Madinah’s date market bustling with pilgrims

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Pilgrims and visitors are seen at the Central Date Market near the Prophet’s Mosque in Madinah. (AN photo)
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Updated 17 February 2017

Madinah’s date market bustling with pilgrims

MADINAH: Pilgrims and visitors are flocking to the Central Date Market near the Prophet’s Mosque in Madinah to buy different kinds of dates, a traditional present upon returning to their countries.
An Arab News reporter saw waves of pilgrims of different nationalities at the bustling market.
The high-quality Ajwah date ranged from SR35 ($9) to SR50 per kilogram. The high-quality Anbarah cost SR40-55 per kilogram. Al-Safwi was sold at SR15-25 per kilogram. Al-Siqi cost SR15-20 per kilogram.
Date-shop owners at the market told Arab News that pilgrims who most like to buy dates are Turks, followed by Indonesians, Malaysians, Pakistanis and Gulf nationals.
Hammoud Alitha Al-Harbi, head of the Cooperative Agricultural Association in Madinah, told Arab News that Madinah is one of the Kingdom’s greatest producers of dates.
With the city attracting up to 10 million pilgrims and visitors throughout the year, it has became the main seller of Saudi dates.
There are almost 18,000 date palm farms in the country, with more than 3.5 million palm trees producing around 360 types. Of these, 20 kinds make up 70 percent of Madinah’s annual production, which reaches up to 300,000 tons, representing 32 percent of Saudi dates and generating around SR9 million in revenue annually.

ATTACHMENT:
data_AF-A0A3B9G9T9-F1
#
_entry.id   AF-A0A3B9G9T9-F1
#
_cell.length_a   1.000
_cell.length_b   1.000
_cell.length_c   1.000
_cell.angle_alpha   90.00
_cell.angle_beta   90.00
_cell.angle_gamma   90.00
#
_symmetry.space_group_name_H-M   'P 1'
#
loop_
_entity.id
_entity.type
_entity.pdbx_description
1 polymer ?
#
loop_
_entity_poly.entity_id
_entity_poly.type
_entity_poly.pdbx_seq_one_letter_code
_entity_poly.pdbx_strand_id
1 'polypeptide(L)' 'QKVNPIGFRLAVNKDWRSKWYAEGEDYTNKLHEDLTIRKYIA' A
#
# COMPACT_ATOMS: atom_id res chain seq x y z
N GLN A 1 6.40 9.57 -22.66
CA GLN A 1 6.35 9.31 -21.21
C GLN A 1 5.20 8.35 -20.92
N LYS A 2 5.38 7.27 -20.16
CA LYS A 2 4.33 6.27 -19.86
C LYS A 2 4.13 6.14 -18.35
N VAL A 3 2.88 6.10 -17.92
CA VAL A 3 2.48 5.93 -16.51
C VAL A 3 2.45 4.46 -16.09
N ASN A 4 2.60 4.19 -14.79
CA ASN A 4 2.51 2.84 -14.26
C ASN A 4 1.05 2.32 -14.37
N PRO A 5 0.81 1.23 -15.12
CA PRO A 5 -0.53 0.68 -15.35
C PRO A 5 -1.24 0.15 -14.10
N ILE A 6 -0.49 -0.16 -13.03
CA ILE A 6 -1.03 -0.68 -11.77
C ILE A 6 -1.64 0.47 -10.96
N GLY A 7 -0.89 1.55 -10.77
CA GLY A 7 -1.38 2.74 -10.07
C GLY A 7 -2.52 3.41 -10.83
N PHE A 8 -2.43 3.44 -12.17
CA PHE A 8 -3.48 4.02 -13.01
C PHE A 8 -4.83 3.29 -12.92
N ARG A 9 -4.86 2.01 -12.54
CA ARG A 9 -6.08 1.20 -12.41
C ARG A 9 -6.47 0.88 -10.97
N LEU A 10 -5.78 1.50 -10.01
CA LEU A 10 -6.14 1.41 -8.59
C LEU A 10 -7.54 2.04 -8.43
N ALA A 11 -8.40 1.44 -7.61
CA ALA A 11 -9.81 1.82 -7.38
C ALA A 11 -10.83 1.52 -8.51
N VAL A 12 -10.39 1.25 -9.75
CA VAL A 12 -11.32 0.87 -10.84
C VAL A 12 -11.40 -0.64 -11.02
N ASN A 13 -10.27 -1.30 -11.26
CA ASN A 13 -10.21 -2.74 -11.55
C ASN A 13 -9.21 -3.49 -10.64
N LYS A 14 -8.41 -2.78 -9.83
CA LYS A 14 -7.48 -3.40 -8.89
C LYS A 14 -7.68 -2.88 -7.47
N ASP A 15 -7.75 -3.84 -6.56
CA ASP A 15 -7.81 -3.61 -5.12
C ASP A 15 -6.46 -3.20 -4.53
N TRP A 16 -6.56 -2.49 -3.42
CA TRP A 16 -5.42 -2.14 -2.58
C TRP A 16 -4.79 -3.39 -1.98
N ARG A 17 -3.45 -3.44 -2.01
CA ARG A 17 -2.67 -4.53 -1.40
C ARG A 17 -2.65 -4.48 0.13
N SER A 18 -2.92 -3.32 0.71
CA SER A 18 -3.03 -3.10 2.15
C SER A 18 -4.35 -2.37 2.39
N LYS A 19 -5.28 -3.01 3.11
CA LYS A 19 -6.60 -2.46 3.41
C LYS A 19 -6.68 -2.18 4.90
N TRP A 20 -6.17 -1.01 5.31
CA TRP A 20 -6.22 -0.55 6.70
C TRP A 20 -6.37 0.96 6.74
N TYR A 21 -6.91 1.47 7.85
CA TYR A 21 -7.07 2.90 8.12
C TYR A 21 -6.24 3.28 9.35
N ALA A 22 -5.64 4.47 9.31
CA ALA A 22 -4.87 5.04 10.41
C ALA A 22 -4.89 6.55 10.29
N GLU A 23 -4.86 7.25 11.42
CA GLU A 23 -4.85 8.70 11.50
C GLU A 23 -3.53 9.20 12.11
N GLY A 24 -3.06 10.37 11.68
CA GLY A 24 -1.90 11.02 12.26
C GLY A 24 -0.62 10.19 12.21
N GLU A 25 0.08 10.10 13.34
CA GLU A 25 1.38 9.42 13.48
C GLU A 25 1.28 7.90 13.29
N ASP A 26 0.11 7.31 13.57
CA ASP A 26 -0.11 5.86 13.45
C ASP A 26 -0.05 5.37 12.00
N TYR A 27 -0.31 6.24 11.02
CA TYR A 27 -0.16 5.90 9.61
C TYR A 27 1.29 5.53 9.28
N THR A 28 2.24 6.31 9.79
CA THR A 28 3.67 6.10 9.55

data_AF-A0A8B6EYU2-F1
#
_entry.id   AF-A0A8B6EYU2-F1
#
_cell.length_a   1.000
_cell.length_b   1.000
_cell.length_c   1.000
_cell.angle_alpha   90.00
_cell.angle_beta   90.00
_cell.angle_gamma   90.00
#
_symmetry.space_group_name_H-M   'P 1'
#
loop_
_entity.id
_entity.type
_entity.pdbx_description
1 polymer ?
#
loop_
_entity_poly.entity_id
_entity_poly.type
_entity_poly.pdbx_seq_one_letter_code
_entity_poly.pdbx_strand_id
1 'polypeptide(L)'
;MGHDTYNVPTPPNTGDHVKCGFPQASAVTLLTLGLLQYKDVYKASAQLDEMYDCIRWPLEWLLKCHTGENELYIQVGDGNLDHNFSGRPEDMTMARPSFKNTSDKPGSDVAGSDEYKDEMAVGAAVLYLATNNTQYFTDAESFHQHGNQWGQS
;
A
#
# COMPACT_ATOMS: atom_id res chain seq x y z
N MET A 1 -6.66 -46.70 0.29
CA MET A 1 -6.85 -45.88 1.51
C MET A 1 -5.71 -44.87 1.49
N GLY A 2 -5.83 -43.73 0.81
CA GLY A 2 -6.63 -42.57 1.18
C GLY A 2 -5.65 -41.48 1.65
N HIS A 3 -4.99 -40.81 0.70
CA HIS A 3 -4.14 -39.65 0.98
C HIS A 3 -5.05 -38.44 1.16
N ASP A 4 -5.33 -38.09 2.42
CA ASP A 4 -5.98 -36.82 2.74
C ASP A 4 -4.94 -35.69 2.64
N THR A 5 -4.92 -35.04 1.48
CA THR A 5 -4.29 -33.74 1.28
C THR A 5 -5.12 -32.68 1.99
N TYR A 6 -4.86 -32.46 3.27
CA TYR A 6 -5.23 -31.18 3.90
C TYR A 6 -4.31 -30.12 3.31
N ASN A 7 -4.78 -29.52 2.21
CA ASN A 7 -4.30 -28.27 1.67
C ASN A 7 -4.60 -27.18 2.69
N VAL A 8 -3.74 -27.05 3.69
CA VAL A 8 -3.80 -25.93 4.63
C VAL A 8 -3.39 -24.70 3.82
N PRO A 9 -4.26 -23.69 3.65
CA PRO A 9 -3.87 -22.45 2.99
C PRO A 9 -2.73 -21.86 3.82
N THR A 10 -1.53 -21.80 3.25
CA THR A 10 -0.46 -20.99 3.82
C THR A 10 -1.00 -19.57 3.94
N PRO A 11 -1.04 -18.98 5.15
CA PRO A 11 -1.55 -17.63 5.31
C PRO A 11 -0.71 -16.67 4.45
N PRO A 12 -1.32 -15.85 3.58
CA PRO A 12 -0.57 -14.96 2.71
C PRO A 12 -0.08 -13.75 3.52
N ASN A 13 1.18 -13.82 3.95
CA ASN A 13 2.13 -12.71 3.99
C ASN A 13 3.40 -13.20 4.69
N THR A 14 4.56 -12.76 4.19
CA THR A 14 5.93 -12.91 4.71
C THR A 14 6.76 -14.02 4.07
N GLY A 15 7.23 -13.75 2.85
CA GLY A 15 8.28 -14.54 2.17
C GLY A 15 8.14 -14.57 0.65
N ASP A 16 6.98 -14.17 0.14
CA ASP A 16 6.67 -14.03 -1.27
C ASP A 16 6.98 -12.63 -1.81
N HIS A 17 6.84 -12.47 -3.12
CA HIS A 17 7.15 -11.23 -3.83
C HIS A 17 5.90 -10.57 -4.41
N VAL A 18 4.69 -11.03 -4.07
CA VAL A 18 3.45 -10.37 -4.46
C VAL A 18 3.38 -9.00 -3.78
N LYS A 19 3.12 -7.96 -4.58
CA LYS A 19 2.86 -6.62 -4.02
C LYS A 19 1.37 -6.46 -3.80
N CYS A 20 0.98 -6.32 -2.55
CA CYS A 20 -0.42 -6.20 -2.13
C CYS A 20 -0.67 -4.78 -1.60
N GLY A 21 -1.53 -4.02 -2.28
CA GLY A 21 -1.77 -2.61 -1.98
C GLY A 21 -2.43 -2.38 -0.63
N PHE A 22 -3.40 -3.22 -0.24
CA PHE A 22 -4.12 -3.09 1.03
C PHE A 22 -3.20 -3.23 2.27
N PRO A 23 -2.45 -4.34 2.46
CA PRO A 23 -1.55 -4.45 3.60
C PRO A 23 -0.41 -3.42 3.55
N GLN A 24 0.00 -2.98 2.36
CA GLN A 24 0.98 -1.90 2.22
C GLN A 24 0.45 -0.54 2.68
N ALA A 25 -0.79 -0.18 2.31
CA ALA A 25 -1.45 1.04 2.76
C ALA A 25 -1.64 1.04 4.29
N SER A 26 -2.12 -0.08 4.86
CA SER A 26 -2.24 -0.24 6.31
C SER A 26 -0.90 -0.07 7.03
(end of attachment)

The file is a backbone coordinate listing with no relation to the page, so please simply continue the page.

Madinah produces the famous Ruthana and Rabeia varieties, as well as Ajwa, Barni, Majdoul, Anbara and Safawa, which are the most in-demand among residents and visitors.
Statistics show that each pilgrim buys an average of 5-10 kilograms of dates.


Recent archaeological discoveries highlight Saudi Arabia as ‘a cradle of human civilizations,’ Rome conference told

Updated 06 December 2019

Recent archaeological discoveries highlight Saudi Arabia as ‘a cradle of human civilizations,’ Rome conference told

RIYADH: Saudi Arabia has become a leader in the field of archaeological research in the past five years, a major exhibition in Rome was told.

Abdullah Al-Zahrani, director-general of archaeological research and studies at the Saudi Commission for Tourism and National Heritage, said that 44 international archaeological missions had been carried out this year in the Kingdom.

He was speaking on the sidelines of the “Roads of Arabia: Masterpieces of Antiquities in Saudi Arabia Across the Ages” exhibition, which opened at the National Museum of Rome on Nov. 26.

The groundbreaking exhibition was inaugurated by Saudi Minister of Culture Badr bin Abdullah bin Farhan and Italian Minister of Cultural Heritage and Activities Dario Franceschini.

Al-Zahrani said that the Kingdom “has become one of the most advanced countries in terms of archaeological disclosures.”

“Recent discoveries by local and international missions have highlighted the Kingdom’s historical status and cultural depth as the cradle of the beginnings of human civilizations,” he said.

Archaeological discoveries continue to “instil the civilized dimension of the Kingdom,” he said.

“The religious, political, economic and cultural stature that Saudi Arabia enjoys is an extension of its long cultural heritage, in addition to its distinctive geographical position as a bridge and hub of cultural interaction between East and West that made it a meeting point for international land and sea trade routes throughout all ages,” he added.